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Anti-smoking challenge brings excitement for quitters

February 19, 2014 - News

By NOUMAN KHALIL
Staff Writer
Nobody would disagree that ‘quitting smoking’ is one of the most difficult challenges in the entire world. But today the task can be an exciting and thrilling experience.
Now apart from protecting own health, quitters can also win brand new 2014 Dodge Caravan, Dodge Journey, thousands of cash prizes and much more through “Driven to Quit” challenge — a completely free of cost program of the Canadian Cancer Society, which has helped countless number of tobacco users come back to healthy lifestyle.
“Whoever is looking to quit smoking, we want to tell them that the help is there,” said Ann Burke, senior coordinator of smokers’ helpline of Canadian Cancer Society, Ontario Division, Central East and South Central Regions. “If they take action now, next year they will be celebrating quit smoking anniversary.”
In Canada and elsewhere in the world, ‘quitting the use of tobacco’ is considered as one of the common New Year resolutions among people of all age groups.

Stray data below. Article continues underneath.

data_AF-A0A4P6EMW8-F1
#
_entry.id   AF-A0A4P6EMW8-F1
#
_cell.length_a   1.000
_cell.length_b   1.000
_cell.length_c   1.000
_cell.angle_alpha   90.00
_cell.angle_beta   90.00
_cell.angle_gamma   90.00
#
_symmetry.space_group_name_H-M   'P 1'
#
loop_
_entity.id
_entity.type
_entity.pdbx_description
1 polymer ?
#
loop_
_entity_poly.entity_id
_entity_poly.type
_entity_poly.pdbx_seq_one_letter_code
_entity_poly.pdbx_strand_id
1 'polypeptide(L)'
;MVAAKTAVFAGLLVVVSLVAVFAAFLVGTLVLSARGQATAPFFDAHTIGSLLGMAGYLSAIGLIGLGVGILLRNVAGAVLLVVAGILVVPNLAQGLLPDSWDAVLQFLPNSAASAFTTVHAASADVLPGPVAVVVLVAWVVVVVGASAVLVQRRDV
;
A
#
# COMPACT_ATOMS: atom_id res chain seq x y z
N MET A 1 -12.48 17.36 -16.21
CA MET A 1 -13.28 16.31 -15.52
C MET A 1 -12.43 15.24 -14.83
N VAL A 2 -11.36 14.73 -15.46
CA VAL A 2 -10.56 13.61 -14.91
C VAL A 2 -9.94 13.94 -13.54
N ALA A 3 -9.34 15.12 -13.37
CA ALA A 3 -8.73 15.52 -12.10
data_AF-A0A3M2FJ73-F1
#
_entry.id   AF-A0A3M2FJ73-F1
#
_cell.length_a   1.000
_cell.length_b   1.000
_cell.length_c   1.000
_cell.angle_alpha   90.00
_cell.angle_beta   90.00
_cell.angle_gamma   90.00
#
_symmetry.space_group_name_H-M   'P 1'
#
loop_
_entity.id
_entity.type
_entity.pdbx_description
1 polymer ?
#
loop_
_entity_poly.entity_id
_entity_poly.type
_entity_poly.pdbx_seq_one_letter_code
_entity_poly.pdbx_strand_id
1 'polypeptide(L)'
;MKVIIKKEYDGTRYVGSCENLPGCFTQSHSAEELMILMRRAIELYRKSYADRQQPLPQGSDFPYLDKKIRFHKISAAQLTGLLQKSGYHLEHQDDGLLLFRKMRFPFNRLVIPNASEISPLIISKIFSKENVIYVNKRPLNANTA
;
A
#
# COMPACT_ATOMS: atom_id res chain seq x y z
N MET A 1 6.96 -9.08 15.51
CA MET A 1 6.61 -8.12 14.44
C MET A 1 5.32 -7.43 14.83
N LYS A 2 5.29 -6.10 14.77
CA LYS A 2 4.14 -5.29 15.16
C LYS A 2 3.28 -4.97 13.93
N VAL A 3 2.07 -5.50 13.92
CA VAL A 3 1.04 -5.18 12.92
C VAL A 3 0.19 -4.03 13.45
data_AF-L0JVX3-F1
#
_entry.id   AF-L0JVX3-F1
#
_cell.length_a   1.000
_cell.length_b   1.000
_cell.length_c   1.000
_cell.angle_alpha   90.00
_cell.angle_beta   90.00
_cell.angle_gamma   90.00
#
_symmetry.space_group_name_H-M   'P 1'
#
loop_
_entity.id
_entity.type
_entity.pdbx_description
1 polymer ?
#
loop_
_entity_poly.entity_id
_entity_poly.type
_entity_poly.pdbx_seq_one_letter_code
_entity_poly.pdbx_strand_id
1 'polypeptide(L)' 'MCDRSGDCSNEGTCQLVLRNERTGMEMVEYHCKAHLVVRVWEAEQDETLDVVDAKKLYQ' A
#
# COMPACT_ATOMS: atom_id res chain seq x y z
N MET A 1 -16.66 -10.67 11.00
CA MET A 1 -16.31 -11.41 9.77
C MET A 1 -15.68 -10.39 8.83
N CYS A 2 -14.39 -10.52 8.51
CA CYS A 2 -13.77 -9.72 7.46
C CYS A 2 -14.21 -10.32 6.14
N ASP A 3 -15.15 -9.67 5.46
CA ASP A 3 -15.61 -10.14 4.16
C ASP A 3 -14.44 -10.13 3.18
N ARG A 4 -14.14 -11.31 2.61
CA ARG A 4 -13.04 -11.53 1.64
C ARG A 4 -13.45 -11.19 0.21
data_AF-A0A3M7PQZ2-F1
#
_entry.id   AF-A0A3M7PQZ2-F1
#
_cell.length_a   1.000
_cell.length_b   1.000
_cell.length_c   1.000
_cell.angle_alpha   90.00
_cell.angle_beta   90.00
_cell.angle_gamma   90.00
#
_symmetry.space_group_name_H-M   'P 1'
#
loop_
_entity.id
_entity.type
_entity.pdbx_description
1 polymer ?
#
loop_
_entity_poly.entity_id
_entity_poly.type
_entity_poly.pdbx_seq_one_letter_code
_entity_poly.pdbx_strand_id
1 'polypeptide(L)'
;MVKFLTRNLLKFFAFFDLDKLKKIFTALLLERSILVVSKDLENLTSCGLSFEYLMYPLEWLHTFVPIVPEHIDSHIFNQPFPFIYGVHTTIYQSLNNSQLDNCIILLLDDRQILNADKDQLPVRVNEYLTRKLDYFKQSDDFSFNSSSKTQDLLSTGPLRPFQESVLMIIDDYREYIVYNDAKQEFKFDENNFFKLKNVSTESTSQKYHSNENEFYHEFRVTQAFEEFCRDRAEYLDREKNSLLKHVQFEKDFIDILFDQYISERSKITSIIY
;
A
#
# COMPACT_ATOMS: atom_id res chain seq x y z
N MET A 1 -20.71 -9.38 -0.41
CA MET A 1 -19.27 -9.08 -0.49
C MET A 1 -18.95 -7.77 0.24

The “Driven to Quit” challenge encourages Ontario’s adult smokers and tobacco users to make a quit attempt for the month of March.
According to the Canadian Cancer Society, nearly 16 per cent Ontarians, being smokers and tobacco users, accounting for 30 per cent of all cancer-related deaths in Canada.
However, Burke says: “It’s never too late and at some point smokers must quit the habit of smoking.”
An estimated 48,000 Canadians die every year due to smoking while tobacco-related diseases kill more Canadians than alcohol, car crashes, suicides and murders combined.
In the Region of Peel, where South Asians are high in number, Burke said the use of tobacco is comparatively low.
“Generally what we have seen is that newcomer families from South Asian countries such as India, Pakistan and Bangladesh are very low in using tobacco. And the main reason is that their seniors, and especially women of all age groups, don’t smoke,” said Burke.